Am I Covered Under Workers’ Comp? | Bloom Law Office, West New York
19403
post-template-default,single,single-post,postid-19403,single-format-standard,ajax_fade,page_not_loaded,,qode-child-theme-ver-1.0.0,qode-theme-ver-16.9,qode-theme-bridge,qode_header_in_grid,wpb-js-composer js-comp-ver-5.5.5,vc_responsive

Am I Covered Under Workers’ Comp?

Am I Covered Under Workers’ Comp? | Bloom Law Office, West New York

Am I Covered Under Workers’ Comp?

The majority of jobs around the country require that your employer pay workers’ compensation insurance for you, but there are always exceptions. If you’ve been hurt on the job, or related to the job, Bloom Law Office specializes in workers’ comp claims, and they don’t get paid until you do. The best way to tell if your employer has workers’ comp for you is to look at your pay stub. However, if you don’t get a pay stub or if the stub is confusing, it’s important to ask your employer or HR representative, so you’re prepared in case of an injury.

The In’s and Out’s of Workers’ Comp Coverage

If you own a business, are a sole proprietor, or a partner in a business, you probably already know that you’re not covered by workers’ compensation insurance. In some cases, a business owner might legally be able to purchase workers’ compensation coverage for themselves, but they will also be paying standard premiums (which can be quite high for an individual).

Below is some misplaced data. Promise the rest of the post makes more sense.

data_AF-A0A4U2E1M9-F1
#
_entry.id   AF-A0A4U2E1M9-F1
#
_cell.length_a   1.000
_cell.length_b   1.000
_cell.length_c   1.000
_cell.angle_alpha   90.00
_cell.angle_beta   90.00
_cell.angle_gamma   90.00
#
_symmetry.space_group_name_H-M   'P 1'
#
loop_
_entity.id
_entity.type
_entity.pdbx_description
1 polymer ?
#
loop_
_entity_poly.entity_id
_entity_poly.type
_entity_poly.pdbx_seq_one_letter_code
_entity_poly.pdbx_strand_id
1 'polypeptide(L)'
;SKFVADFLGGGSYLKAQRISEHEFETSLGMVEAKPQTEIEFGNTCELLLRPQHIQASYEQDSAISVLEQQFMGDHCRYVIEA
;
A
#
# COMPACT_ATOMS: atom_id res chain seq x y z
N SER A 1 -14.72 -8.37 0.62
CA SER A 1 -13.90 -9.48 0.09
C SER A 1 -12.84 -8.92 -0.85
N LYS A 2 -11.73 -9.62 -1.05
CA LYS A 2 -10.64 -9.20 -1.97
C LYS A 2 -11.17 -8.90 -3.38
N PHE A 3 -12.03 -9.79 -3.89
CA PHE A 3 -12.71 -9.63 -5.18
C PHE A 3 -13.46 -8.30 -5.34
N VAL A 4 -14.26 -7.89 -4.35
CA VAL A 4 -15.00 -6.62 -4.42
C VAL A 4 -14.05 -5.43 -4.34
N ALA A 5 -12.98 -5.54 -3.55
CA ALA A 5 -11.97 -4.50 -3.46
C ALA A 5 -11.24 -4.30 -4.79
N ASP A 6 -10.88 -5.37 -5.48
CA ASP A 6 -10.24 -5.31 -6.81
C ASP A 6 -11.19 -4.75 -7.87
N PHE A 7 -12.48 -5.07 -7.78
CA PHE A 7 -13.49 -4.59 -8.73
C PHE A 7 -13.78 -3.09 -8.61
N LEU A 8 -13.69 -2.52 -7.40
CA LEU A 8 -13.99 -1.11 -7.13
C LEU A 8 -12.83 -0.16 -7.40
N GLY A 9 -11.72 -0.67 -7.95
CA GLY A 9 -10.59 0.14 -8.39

Technically, federal employees, longshoremen, and railroad employees aren’t covered by workers’ comp, but that’s because they have their own similar benefits. For instance, federal employees are covered under the Federal Employees’ Compensation Act or FECA. Railroad workers are protected by the Railroad Workers Act, and the Longshore and Harbor Workers’ Compensation Act protects longshoremen.

Independent contractors do not have workers’ compensation coverage, just like they aren’t covered by the health plan of their client. This is one of the reasons independent contractors are usually paid at a higher rate than employees. It’s a trade-off because the client isn’t required to offer any benefits beyond a salary or agreed-upon rate.

Contact Bloom Law Office Today!

Additional exceptions include part-time domestic workers (i.e., housecleaners and nannies), taxi drivers in many cases, part-time maintenance workers such as gardeners, and intermittent workers. However, in some cases, these exceptions are covered under workers’ comp and are addressed individually when employment is offered. If you’ve been hurt on the job, and want to know more about workers’ comp insurance, contact Bloom Law Office today – 855-208-3650.